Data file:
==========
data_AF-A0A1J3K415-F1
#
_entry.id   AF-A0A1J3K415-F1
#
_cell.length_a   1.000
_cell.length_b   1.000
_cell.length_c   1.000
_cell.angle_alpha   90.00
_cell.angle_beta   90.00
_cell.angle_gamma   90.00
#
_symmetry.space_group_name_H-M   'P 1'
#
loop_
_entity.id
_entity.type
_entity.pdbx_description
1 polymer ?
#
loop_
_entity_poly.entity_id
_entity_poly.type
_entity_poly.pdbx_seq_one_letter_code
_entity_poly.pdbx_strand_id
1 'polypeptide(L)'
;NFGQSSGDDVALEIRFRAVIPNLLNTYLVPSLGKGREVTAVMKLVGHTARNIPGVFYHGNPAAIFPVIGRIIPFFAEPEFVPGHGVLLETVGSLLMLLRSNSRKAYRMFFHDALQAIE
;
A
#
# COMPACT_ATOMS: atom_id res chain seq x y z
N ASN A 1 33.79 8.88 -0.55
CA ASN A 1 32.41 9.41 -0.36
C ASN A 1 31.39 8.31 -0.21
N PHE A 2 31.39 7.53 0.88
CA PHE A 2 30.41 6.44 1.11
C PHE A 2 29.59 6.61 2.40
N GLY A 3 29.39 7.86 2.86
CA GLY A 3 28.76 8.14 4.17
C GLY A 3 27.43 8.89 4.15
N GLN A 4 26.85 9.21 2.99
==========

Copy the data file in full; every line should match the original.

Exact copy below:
data_AF-A0A1J3K415-F1
#
_entry.id   AF-A0A1J3K415-F1
#
_cell.length_a   1.000
_cell.length_b   1.000
_cell.length_c   1.000
_cell.angle_alpha   90.00
_cell.angle_beta   90.00
_cell.angle_gamma   90.00
#
_symmetry.space_group_name_H-M   'P 1'
#
loop_
_entity.id
_entity.type
_entity.pdbx_description
1 polymer ?
#
loop_
_entity_poly.entity_id
_entity_poly.type
_entity_poly.pdbx_seq_one_letter_code
_entity_poly.pdbx_strand_id
1 'polypeptide(L)'
;NFGQSSGDDVALEIRFRAVIPNLLNTYLVPSLGKGREVTAVMKLVGHTARNIPGVFYHGNPAAIFPVIGRIIPFFAEPEFVPGHGVLLETVGSLLMLLRSNSRKAYRMFFHDALQAIE
;
A
#
# COMPACT_ATOMS: atom_id res chain seq x y z
N ASN A 1 33.79 8.88 -0.55
CA ASN A 1 32.41 9.41 -0.36
C ASN A 1 31.39 8.31 -0.21
N PHE A 2 31.39 7.53 0.88
CA PHE A 2 30.41 6.44 1.11
C PHE A 2 29.59 6.61 2.40
N GLY A 3 29.39 7.86 2.86
CA GLY A 3 28.76 8.14 4.17
C GLY A 3 27.43 8.89 4.15
N GLN A 4 26.85 9.21 2.99